I happened to stumble across this discussion from a web developer who wants to figure out how to present Bible text (not references) on a website. There are a lot of reasons why this is a lot harder than one might think at first glance. Most Blogos readers will already know all this, but i thought it might be helpful to summarize some of the issues here for the next person who stops to think and google.
- The Good Book comprises a number of different books, each with their own special requirements and challenges. One size doesn’t usually fit all.
- Chapter, paragraph, and verse boundaries don’t always line up, so while a neatly nested hierarchy is tempting, it doesn’t work out well in practice.
- There are a lot of special formatting challenges in Scripture: here’s a list that’s almost certainly incomplete.
- Dialogue (including quotes inside quotes, like Jesus repeating a proverb in Luke 4:23)
- Chapter and verse numbers
- Many Bible versions include headings like “the Beatitudes” for Matt 5:2-12. While they’re not part of the text, they are part of the version.
- The convention of displaying the words of Christ in red (which presumes markup that distinguishes them)
- Footnotes (common in many Bible versions)
- The Psalms have some special requirements: there are actually five “books” (collections of Psalms) within the one Book of Psalms, and many of the Psalms have additional header material (e.g. Ps 73, which identifies Asaph as the psalm’s author)
- Certain passages (John 7:53-8:11 is a good example) are usually distinguished typographically along with an explanatory note, since they’re not included in all manuscripts.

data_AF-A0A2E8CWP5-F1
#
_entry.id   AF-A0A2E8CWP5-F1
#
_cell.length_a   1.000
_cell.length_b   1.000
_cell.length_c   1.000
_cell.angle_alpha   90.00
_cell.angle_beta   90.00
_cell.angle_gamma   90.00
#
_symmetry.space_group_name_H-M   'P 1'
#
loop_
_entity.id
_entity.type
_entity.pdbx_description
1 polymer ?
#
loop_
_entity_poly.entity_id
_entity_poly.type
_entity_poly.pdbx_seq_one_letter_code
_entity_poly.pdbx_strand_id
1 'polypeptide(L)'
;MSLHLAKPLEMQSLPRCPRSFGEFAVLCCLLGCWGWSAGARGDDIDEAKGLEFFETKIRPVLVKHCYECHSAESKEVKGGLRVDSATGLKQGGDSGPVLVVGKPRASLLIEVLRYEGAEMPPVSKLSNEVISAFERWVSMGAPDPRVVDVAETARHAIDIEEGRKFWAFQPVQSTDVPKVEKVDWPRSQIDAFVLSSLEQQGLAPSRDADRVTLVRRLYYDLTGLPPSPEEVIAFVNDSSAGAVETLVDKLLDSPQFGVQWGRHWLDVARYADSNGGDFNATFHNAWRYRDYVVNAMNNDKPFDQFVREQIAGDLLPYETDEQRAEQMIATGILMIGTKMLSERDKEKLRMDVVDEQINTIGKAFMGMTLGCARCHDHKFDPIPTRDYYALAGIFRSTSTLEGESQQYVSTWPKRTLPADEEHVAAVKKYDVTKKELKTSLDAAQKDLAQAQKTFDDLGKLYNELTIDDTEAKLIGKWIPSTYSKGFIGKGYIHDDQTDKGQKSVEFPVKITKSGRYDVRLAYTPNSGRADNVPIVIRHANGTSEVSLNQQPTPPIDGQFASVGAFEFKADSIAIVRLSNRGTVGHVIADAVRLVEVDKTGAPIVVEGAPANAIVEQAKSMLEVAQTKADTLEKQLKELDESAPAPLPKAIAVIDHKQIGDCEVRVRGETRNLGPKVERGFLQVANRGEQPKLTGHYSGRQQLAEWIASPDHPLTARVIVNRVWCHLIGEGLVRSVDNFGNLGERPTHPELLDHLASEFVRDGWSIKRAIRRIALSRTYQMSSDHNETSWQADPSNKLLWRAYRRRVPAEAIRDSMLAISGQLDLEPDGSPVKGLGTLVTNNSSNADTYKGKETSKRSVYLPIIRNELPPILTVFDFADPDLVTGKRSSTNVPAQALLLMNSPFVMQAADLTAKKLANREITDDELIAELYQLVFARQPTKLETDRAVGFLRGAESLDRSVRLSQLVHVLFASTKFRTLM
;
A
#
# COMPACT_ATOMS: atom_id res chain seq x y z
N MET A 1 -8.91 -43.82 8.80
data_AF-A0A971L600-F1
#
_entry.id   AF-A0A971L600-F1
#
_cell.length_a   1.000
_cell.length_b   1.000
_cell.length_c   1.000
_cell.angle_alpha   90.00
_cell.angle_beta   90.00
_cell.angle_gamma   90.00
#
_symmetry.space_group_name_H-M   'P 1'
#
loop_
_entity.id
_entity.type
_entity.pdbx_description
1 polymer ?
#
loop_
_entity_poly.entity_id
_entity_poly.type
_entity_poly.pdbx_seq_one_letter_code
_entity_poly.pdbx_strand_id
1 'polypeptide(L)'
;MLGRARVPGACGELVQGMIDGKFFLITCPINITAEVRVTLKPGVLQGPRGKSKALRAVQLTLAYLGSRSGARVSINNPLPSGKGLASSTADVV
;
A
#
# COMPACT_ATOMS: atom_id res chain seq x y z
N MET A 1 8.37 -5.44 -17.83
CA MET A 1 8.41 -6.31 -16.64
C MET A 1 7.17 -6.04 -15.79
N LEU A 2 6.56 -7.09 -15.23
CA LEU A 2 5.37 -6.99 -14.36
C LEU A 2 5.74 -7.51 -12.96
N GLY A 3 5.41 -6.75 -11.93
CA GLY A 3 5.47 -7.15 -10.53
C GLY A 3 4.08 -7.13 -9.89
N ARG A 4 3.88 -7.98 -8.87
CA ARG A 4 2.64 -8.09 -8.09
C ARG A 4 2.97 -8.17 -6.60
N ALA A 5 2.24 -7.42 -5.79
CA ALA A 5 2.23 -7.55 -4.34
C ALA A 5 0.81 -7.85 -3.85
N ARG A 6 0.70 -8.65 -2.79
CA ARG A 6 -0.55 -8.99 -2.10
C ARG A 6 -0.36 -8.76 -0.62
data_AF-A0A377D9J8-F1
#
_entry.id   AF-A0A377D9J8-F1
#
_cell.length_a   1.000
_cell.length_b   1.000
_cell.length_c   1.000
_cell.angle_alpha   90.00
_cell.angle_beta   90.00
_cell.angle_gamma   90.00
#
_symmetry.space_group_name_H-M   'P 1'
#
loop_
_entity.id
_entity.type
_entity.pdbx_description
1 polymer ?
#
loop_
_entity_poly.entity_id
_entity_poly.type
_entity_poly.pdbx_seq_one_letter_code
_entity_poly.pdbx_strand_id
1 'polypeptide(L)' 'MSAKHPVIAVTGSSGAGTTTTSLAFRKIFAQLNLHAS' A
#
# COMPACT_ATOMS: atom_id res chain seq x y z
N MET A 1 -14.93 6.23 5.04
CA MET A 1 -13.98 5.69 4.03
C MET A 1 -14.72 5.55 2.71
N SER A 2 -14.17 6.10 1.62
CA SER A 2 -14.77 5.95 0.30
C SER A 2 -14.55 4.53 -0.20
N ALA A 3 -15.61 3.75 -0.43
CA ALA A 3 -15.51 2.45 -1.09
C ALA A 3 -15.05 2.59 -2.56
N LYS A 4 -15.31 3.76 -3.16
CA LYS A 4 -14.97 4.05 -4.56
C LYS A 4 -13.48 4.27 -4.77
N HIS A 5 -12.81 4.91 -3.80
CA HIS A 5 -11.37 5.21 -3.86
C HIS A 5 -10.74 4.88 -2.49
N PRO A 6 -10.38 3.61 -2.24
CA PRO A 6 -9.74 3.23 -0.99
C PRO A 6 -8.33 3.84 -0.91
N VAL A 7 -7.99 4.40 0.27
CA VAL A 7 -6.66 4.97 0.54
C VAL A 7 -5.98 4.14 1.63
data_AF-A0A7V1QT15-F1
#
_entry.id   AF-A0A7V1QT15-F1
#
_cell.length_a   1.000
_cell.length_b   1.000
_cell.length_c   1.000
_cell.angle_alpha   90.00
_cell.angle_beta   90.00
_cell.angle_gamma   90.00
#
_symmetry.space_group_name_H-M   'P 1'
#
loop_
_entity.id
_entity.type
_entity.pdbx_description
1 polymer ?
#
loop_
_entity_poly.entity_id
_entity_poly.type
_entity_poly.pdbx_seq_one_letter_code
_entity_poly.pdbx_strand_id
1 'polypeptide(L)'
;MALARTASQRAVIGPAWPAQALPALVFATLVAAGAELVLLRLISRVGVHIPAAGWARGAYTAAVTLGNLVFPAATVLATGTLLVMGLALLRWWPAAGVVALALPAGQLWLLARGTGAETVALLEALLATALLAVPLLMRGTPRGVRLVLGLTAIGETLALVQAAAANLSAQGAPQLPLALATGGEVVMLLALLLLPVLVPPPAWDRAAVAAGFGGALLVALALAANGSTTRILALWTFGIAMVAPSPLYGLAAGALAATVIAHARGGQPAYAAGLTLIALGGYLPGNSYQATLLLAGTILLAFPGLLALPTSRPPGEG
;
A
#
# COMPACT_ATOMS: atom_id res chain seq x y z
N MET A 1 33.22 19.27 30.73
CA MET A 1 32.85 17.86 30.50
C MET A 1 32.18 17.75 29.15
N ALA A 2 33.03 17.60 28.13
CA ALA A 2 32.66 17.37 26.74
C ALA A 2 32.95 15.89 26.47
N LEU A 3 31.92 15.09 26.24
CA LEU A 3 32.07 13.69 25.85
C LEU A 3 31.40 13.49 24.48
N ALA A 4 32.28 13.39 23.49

- No matter what you think the One True Markup Style might be, it doesn’t do you any good unless you actually have a Bible text in that format, and that takes a lot of hard work.
So what’s a web developer to do? While i can’t solve the problem for you, i can point to some existing standards. Of course, different desktop applications (like Logos Bible Software) have their own (typically proprietary) internal markup systems (disclaimer: even though i work for Logos, i couldn’t begin to explain all the intricacies of their markup!).
OSIS is a very thorough (hence fairly heavy-weight) XML standard for Scripture markup. While they’ve covered most all the bases and then some, i don’t know of any complete Bible versions that are freely available in OSIS format. On top of that, the OSIS group doesn’t seem all that active these days.
The ESV website provides a web service with a rich API that also illustrates a numbers of the issues mentioned above. While their format is not a “standard” (in the “committee-approved” sense), it’s certainly a well-thought-out approach, with the additional benefit that you can actually retrieve text that’s already formatted coherently, rather than formatting it yourself.
PS: notice the bibleref markup here? I’ll bet you didn’t, but someday a smart web spider might! I typed it in by hand, just for the experience (apparently WordPress lets you enter HTML as text that gets converted to markup when you save), though a plugin makes it even easier.